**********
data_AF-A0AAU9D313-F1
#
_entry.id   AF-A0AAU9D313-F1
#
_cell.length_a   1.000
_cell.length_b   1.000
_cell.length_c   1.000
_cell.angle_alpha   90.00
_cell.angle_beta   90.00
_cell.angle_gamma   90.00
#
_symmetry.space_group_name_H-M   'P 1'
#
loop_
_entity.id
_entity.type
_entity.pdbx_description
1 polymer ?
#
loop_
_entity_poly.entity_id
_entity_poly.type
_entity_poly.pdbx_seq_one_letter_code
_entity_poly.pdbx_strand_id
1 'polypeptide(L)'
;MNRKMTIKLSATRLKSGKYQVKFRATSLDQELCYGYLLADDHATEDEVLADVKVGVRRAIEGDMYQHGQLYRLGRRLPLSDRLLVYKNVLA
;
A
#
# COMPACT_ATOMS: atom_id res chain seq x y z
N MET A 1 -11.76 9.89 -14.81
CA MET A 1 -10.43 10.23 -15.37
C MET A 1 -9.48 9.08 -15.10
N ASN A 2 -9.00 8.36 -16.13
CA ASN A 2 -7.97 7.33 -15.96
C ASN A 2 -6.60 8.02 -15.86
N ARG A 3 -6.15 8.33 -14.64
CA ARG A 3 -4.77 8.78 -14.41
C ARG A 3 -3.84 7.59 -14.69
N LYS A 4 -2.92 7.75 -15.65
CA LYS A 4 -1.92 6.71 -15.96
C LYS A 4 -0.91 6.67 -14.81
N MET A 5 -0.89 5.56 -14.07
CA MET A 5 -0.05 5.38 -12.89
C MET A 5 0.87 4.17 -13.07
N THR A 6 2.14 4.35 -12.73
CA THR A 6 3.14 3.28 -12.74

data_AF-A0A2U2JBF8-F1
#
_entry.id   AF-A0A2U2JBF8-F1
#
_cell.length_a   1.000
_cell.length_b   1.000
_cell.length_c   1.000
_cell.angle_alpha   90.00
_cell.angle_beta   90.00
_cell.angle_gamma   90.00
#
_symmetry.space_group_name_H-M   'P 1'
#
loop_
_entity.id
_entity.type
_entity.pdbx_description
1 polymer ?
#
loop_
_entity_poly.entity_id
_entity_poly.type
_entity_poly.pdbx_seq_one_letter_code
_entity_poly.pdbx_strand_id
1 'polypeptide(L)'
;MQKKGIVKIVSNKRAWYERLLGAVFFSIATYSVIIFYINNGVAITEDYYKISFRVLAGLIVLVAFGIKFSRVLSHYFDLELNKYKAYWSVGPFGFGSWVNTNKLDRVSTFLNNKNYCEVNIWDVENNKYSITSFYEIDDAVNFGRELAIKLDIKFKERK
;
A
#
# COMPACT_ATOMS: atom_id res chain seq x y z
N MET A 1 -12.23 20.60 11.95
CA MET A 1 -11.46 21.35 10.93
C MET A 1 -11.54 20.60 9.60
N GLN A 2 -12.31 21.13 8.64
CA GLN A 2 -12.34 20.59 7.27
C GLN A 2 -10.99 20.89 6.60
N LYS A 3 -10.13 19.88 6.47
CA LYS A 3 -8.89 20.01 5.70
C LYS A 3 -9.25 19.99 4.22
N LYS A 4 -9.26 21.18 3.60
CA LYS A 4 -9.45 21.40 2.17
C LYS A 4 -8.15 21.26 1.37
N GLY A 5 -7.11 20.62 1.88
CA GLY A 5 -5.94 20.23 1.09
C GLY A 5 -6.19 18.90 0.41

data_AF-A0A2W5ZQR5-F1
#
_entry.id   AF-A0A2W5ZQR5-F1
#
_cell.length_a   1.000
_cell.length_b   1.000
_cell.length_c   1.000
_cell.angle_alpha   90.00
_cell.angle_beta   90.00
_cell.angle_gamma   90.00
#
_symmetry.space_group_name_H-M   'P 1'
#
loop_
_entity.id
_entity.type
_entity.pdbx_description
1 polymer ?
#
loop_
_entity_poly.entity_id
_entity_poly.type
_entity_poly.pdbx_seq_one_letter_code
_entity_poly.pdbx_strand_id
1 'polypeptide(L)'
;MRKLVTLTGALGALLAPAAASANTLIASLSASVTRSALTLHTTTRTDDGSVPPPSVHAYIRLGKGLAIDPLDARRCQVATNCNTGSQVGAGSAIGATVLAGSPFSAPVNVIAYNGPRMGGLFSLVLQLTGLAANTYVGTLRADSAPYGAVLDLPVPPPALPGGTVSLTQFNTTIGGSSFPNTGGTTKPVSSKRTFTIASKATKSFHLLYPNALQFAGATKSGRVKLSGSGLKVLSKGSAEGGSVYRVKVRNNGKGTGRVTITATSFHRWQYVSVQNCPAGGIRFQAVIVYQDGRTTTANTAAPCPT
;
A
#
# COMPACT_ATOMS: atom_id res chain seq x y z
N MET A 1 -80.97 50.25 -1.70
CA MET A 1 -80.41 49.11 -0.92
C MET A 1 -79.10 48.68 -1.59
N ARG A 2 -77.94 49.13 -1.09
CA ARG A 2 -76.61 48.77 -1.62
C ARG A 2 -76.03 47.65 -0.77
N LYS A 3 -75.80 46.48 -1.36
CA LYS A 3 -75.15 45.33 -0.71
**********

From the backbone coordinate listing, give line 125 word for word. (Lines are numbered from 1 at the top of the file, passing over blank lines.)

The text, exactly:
C MET A 1 -79.10 48.68 -1.59